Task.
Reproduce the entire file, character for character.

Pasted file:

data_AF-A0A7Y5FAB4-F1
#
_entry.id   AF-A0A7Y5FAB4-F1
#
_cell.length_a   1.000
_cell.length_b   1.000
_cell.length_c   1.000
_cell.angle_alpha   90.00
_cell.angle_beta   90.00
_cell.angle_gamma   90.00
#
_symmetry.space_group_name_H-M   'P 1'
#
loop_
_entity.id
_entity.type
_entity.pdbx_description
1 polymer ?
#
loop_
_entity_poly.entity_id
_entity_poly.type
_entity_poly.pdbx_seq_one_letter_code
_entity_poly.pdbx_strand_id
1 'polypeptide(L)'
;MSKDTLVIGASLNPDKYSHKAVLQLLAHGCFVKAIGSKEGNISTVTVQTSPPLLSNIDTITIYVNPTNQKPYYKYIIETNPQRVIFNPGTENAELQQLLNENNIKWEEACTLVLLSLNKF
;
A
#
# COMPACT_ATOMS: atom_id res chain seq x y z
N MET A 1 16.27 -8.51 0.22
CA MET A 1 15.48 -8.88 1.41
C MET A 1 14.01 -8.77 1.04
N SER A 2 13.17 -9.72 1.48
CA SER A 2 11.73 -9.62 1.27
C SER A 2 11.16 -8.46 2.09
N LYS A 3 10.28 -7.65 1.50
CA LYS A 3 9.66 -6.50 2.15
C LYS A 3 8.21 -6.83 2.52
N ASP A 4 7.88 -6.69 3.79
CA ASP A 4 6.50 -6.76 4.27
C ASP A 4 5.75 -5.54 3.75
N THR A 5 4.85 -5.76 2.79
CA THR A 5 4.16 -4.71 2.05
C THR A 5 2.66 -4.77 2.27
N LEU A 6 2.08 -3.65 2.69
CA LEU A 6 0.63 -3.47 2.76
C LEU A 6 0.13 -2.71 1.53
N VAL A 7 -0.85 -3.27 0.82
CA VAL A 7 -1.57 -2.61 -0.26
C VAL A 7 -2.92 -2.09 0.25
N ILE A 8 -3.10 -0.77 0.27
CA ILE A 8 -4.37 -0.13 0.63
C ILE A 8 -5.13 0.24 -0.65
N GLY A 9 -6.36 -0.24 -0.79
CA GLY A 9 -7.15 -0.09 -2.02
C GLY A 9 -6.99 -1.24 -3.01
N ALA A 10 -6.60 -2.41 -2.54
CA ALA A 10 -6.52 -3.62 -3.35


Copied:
data_AF-A0A7Y5FAB4-F1
#
_entry.id   AF-A0A7Y5FAB4-F1
#
_cell.length_a   1.000
_cell.length_b   1.000
_cell.length_c   1.000
_cell.angle_alpha   90.00
_cell.angle_beta   90.00
_cell.angle_gamma   90.00
#
_symmetry.space_group_name_H-M   'P 1'
#
loop_
_entity.id
_entity.type
_entity.pdbx_description
1 polymer ?
#
loop_
_entity_poly.entity_id
_entity_poly.type
_entity_poly.pdbx_seq_one_letter_code
_entity_poly.pdbx_strand_id
1 'polypeptide(L)'
;MSKDTLVIGASLNPDKYSHKAVLQLLAHGCFVKAIGSKEGNISTVTVQTSPPLLSNIDTITIYVNPTNQKPYYKYIIETNPQRVIFNPGTENAELQQLLNENNIKWEEACTLVLLSLNKF
;
A
#
# COMPACT_ATOMS: atom_id res chain seq x y z
N MET A 1 16.27 -8.51 0.22
CA MET A 1 15.48 -8.88 1.41
C MET A 1 14.01 -8.77 1.04
N SER A 2 13.17 -9.72 1.48
CA SER A 2 11.73 -9.62 1.27
C SER A 2 11.16 -8.46 2.09
N LYS A 3 10.28 -7.65 1.50
CA LYS A 3 9.66 -6.50 2.15
C LYS A 3 8.21 -6.83 2.52
N ASP A 4 7.88 -6.69 3.79
CA ASP A 4 6.50 -6.76 4.27
C ASP A 4 5.75 -5.54 3.75
N THR A 5 4.85 -5.76 2.79
CA THR A 5 4.16 -4.71 2.05
C THR A 5 2.66 -4.77 2.27
N LEU A 6 2.08 -3.65 2.69
CA LEU A 6 0.63 -3.47 2.76
C LEU A 6 0.13 -2.71 1.53
N VAL A 7 -0.85 -3.27 0.82
CA VAL A 7 -1.57 -2.61 -0.26
C VAL A 7 -2.92 -2.09 0.25
N ILE A 8 -3.10 -0.77 0.27
CA ILE A 8 -4.37 -0.13 0.63
C ILE A 8 -5.13 0.24 -0.65
N GLY A 9 -6.36 -0.24 -0.79
CA GLY A 9 -7.15 -0.09 -2.02
C GLY A 9 -6.99 -1.24 -3.01
N ALA A 10 -6.60 -2.41 -2.54
CA ALA A 10 -6.52 -3.62 -3.35